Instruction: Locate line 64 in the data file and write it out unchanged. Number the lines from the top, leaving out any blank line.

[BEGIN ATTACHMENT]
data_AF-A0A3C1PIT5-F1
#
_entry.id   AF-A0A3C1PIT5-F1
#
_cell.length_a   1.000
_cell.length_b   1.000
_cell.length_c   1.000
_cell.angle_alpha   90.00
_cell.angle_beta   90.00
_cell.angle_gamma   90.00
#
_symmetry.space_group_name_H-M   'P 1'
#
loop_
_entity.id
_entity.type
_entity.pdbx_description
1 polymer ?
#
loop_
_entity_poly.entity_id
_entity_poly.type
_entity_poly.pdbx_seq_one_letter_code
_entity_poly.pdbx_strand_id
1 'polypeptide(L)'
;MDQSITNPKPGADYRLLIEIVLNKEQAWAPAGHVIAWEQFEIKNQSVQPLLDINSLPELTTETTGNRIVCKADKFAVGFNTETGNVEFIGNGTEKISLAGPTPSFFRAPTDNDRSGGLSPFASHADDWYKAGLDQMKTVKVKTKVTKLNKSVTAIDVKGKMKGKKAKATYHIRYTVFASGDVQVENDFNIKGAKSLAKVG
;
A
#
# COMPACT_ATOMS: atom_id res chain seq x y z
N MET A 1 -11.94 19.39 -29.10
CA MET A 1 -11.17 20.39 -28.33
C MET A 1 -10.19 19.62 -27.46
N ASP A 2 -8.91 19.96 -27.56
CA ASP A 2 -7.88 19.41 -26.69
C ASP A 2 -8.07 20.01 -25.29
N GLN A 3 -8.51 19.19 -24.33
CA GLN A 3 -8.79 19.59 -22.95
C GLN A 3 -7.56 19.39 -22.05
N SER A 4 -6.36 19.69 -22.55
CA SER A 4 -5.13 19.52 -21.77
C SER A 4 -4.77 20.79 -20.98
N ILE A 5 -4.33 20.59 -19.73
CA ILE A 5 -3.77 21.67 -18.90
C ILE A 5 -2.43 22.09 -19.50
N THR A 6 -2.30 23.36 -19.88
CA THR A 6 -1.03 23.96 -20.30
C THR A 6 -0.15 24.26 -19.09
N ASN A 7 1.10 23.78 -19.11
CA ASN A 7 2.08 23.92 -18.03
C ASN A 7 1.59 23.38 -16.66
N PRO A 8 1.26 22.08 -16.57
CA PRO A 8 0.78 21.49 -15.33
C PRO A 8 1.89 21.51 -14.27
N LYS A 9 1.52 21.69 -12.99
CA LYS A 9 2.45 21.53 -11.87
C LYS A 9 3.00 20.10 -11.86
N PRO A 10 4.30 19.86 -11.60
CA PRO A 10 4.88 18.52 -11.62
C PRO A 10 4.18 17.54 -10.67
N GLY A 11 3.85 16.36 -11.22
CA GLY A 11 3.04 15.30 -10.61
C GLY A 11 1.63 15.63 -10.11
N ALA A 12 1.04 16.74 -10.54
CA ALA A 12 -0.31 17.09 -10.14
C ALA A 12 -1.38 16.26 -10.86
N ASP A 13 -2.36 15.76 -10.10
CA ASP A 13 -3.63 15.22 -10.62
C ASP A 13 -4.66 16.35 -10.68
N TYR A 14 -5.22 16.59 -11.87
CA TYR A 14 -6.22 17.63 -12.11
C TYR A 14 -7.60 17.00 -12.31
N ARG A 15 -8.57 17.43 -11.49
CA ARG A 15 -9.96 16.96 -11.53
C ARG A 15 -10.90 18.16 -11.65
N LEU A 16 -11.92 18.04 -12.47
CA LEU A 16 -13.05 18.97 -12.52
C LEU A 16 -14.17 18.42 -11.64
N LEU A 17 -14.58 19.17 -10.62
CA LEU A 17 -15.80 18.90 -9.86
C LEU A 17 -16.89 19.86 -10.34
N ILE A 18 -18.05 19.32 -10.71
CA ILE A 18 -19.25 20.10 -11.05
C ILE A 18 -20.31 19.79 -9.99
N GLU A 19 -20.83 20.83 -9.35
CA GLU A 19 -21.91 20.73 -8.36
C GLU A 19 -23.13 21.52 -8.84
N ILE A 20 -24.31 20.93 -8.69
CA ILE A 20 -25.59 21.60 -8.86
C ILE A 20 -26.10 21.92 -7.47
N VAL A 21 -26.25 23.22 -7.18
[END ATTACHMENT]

N ALA A 12 1.04 16.74 -10.54